(This article belongs to the Special Issue The Challenge of Folklore to the Humanities)
Article
Folklore and Sociolinguistics
Humanities 2018, 7(1), 9; https://doi.org/10.3390/h7010009 - 22 Jan 2018
Cited by 3 | Viewed by 2558
Abstract
Folklore and sociolinguistics exist in a symbiotic relationship; more than that, at points—in the ethnography of communication and in ethnopoetics, for example—they overlap and become indistinguishable. As part of a reaction to the formal rigor and social detachment of Chomsky’s theoretical linguistics, sociolinguistics [...] Read more.
Folklore and sociolinguistics exist in a symbiotic relationship; more than that, at points—in the ethnography of communication and in ethnopoetics, for example—they overlap and become indistinguishable. As part of a reaction to the formal rigor and social detachment of Chomsky’s theoretical linguistics, sociolinguistics emerges in the mid-twentieth century to assess the role of language in social life. Folklorists join the cause and bring to it a commitment to in-depth ethnography and a longstanding engagement with artistic communication. In this essay, I trace key phases in the development of this interdisciplinary movement, revolutionary in its reorientation of language study to the messy but fascinating realm of speech usage. I offer the concept of performative efficacy, the notion that expressive culture performances have the capacity to shape attitude and action and thereby transform perceived realities, as a means of capturing the continuing promise of a sociolinguistically informed folkloristics. Full article
(This article belongs to the Special Issue The Challenge of Folklore to the Humanities)
Article
Folklore and the Hebrew Bible: Interdisciplinary Engagement and New Directions
Humanities 2018, 7(1), 6; https://doi.org/10.3390/h7010006 - 10 Jan 2018
Viewed by 1712
Abstract
This essay explores the rich interactions between the fields of folklore and biblical studies over the course of the 20th century until the present. The essay argues for the continued relevance of folklore and related fields to an appreciation of ancient Israelite cultures [...] Read more.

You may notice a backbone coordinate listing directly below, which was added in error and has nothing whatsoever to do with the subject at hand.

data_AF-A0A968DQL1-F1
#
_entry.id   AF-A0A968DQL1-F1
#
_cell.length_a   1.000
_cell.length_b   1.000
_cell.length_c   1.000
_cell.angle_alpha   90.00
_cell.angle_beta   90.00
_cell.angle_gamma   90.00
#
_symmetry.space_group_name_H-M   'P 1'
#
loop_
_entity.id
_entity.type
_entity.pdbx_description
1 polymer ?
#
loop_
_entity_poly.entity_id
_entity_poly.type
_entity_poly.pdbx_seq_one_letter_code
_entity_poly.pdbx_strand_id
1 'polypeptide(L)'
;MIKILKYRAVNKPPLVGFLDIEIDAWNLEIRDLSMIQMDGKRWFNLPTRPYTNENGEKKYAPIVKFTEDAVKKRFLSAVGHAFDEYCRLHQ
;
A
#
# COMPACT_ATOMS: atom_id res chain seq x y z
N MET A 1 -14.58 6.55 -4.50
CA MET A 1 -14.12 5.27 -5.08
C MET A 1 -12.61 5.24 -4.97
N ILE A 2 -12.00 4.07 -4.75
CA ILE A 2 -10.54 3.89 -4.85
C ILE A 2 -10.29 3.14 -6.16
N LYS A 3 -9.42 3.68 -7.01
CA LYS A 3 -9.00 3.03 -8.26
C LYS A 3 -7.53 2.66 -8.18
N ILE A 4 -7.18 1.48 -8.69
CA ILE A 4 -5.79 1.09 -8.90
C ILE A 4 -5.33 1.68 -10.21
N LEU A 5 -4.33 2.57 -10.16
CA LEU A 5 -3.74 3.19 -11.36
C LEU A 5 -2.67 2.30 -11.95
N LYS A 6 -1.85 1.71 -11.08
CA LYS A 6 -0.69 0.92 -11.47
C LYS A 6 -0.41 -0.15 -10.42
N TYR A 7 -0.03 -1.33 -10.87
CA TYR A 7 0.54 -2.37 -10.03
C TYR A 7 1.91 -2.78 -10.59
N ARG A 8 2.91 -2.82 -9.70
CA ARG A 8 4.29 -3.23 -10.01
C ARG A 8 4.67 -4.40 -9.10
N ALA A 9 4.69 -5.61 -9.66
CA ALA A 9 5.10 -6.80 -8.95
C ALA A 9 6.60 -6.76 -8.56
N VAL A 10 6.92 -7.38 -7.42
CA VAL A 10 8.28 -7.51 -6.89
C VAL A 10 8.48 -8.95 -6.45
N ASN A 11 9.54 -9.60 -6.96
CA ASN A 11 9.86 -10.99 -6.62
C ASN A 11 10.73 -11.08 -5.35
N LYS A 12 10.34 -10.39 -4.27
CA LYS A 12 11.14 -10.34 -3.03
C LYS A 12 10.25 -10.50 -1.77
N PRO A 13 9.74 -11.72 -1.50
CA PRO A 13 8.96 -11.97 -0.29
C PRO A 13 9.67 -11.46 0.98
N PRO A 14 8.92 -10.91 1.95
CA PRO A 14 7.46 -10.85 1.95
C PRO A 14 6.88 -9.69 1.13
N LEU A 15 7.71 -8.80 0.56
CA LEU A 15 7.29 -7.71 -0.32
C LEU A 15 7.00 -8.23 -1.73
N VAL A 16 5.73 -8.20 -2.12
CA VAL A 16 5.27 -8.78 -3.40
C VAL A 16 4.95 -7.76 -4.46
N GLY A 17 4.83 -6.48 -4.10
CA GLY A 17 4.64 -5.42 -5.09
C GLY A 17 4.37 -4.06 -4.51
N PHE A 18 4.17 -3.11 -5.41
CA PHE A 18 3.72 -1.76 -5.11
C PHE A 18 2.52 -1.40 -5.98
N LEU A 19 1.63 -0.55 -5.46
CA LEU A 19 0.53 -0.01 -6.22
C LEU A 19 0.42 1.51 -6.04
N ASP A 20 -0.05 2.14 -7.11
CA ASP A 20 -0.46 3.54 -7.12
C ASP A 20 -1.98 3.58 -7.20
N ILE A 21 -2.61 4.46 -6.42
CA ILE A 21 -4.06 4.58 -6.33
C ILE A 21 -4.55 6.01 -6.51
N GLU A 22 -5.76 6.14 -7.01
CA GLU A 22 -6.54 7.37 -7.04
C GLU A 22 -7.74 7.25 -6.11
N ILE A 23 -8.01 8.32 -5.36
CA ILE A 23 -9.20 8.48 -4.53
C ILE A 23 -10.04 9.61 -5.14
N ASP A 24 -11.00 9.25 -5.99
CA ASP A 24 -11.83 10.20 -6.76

This essay explores the rich interactions between the fields of folklore and biblical studies over the course of the 20th century until the present. The essay argues for the continued relevance of folklore and related fields to an appreciation of ancient Israelite cultures and their artistic inventions. It concludes with several case studies that underscore the fruitful realizations that emerge from this sort of interdisciplinary humanistic work. Full article
(This article belongs to the Special Issue The Challenge of Folklore to the Humanities)
Article
Folk Drama
Humanities 2018, 7(1), 2; https://doi.org/10.3390/h7010002 - 03 Jan 2018
Cited by 1 | Viewed by 1562
Abstract
This article provides an overview of how scholars in the discipline of folklore have approached the topic of folk drama over the past one hundred fifty years, arguing that, despite relative neglect in the field, folk drama is a valuable window into culture [...] Read more.
This article provides an overview of how scholars in the discipline of folklore have approached the topic of folk drama over the past one hundred fifty years, arguing that, despite relative neglect in the field, folk drama is a valuable window into culture and should be taken more seriously. I begin with nineteenth century ideas about ritual drama that stem from Sir James Frazer. I then discuss the growing emphasis on context that emerged in the twentieth century, including overlaps between ideas about folk drama, performance, and theories of play more generally. I conclude by providing a brief overview of the relationship between play, drama, and politics, and suggest that contemporary digital realms, such as YouTube, offer a new ecology of folk drama that brings traditional questions about actors, context, play-frames, audience and transformation to the fore in new and interesting ways. Full article
(This article belongs to the Special Issue The Challenge of Folklore to the Humanities)
Article
Toward a Generative Model of Legend: Pizzas, Bridges, Vaccines, and Witches